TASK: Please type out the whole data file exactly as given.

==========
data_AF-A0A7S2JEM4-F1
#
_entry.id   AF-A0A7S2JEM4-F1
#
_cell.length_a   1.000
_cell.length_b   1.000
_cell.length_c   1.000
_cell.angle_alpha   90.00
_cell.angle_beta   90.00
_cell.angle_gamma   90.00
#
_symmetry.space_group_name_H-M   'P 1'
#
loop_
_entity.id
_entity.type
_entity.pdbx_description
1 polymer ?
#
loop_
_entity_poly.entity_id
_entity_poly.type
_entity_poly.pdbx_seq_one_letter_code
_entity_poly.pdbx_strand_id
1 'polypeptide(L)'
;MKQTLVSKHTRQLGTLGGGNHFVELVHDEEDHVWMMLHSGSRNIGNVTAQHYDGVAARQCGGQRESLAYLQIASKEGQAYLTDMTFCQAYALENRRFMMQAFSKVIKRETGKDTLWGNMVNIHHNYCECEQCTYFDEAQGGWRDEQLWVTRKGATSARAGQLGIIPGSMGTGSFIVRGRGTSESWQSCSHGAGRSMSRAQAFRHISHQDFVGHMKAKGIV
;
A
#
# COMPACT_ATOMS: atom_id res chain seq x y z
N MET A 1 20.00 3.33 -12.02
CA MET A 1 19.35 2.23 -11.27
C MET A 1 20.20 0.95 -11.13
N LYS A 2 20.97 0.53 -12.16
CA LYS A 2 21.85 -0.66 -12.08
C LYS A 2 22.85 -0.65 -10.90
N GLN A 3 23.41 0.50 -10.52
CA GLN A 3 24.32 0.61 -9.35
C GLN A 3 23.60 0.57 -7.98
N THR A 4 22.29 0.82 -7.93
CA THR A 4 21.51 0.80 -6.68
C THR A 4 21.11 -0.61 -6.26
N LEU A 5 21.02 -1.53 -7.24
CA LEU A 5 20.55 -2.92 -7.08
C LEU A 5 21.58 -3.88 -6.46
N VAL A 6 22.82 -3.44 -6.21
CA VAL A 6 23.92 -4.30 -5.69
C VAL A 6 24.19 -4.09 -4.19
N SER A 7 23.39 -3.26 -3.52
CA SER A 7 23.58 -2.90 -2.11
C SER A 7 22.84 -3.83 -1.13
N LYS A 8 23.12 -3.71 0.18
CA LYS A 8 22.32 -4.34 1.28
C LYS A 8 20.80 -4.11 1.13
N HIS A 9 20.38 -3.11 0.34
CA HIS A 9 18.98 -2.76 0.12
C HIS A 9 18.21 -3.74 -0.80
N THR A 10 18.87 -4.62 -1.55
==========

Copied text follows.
data_AF-A0A7S2JEM4-F1
#
_entry.id   AF-A0A7S2JEM4-F1
#
_cell.length_a   1.000
_cell.length_b   1.000
_cell.length_c   1.000
_cell.angle_alpha   90.00
_cell.angle_beta   90.00
_cell.angle_gamma   90.00
#
_symmetry.space_group_name_H-M   'P 1'
#
loop_
_entity.id
_entity.type
_entity.pdbx_description
1 polymer ?
#
loop_
_entity_poly.entity_id
_entity_poly.type
_entity_poly.pdbx_seq_one_letter_code
_entity_poly.pdbx_strand_id
1 'polypeptide(L)'
;MKQTLVSKHTRQLGTLGGGNHFVELVHDEEDHVWMMLHSGSRNIGNVTAQHYDGVAARQCGGQRESLAYLQIASKEGQAYLTDMTFCQAYALENRRFMMQAFSKVIKRETGKDTLWGNMVNIHHNYCECEQCTYFDEAQGGWRDEQLWVTRKGATSARAGQLGIIPGSMGTGSFIVRGRGTSESWQSCSHGAGRSMSRAQAFRHISHQDFVGHMKAKGIV
;
A
#
# COMPACT_ATOMS: atom_id res chain seq x y z
N MET A 1 20.00 3.33 -12.02
CA MET A 1 19.35 2.23 -11.27
C MET A 1 20.20 0.95 -11.13
N LYS A 2 20.97 0.53 -12.16
CA LYS A 2 21.85 -0.66 -12.08
C LYS A 2 22.85 -0.65 -10.90
N GLN A 3 23.41 0.50 -10.52
CA GLN A 3 24.32 0.61 -9.35
C GLN A 3 23.60 0.57 -7.98
N THR A 4 22.29 0.82 -7.93
CA THR A 4 21.51 0.80 -6.68
C THR A 4 21.11 -0.61 -6.26
N LEU A 5 21.02 -1.53 -7.24
CA LEU A 5 20.55 -2.92 -7.08
C LEU A 5 21.58 -3.88 -6.46
N VAL A 6 22.82 -3.44 -6.21
CA VAL A 6 23.92 -4.30 -5.69
C VAL A 6 24.19 -4.09 -4.19
N SER A 7 23.39 -3.26 -3.52
CA SER A 7 23.58 -2.90 -2.11
C SER A 7 22.84 -3.83 -1.13
N LYS A 8 23.12 -3.71 0.18
CA LYS A 8 22.32 -4.34 1.28
C LYS A 8 20.80 -4.11 1.13
N HIS A 9 20.38 -3.11 0.34
CA HIS A 9 18.98 -2.76 0.12
C HIS A 9 18.21 -3.74 -0.80
N THR A 10 18.87 -4.62 -1.55